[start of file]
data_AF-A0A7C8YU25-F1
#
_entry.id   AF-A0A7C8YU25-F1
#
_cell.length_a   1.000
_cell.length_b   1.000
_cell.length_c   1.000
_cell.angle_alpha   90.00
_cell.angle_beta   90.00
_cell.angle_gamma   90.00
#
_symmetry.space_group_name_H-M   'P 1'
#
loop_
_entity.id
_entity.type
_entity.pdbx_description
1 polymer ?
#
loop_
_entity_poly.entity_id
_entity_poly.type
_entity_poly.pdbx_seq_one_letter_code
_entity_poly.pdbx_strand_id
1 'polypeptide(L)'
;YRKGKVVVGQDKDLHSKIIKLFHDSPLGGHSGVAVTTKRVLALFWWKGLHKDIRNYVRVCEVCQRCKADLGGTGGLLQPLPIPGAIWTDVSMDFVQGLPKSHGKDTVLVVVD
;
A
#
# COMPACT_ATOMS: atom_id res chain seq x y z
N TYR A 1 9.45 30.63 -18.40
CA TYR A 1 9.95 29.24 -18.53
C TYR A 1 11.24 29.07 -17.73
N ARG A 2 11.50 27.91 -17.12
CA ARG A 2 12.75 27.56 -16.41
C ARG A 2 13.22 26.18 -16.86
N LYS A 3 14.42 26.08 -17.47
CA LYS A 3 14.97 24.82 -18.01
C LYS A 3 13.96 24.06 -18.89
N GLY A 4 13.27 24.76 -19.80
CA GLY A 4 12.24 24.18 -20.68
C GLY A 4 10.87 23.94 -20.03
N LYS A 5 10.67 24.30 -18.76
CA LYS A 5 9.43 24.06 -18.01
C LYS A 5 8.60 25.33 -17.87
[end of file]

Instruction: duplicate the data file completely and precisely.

data_AF-A0A7C8YU25-F1
#
_entry.id   AF-A0A7C8YU25-F1
#
_cell.length_a   1.000
_cell.length_b   1.000
_cell.length_c   1.000
_cell.angle_alpha   90.00
_cell.angle_beta   90.00
_cell.angle_gamma   90.00
#
_symmetry.space_group_name_H-M   'P 1'
#
loop_
_entity.id
_entity.type
_entity.pdbx_description
1 polymer ?
#
loop_
_entity_poly.entity_id
_entity_poly.type
_entity_poly.pdbx_seq_one_letter_code
_entity_poly.pdbx_strand_id
1 'polypeptide(L)'
;YRKGKVVVGQDKDLHSKIIKLFHDSPLGGHSGVAVTTKRVLALFWWKGLHKDIRNYVRVCEVCQRCKADLGGTGGLLQPLPIPGAIWTDVSMDFVQGLPKSHGKDTVLVVVD
;
A
#
# COMPACT_ATOMS: atom_id res chain seq x y z
N TYR A 1 9.45 30.63 -18.40
CA TYR A 1 9.95 29.24 -18.53
C TYR A 1 11.24 29.07 -17.73
N ARG A 2 11.50 27.91 -17.12
CA ARG A 2 12.75 27.56 -16.41
C ARG A 2 13.22 26.18 -16.86
N LYS A 3 14.42 26.08 -17.47
CA LYS A 3 14.97 24.82 -18.01
C LYS A 3 13.96 24.06 -18.89
N GLY A 4 13.27 24.76 -19.80
CA GLY A 4 12.24 24.18 -20.68
C GLY A 4 10.87 23.94 -20.03
N LYS A 5 10.67 24.30 -18.76
CA LYS A 5 9.43 24.06 -18.01
C LYS A 5 8.60 25.33 -17.87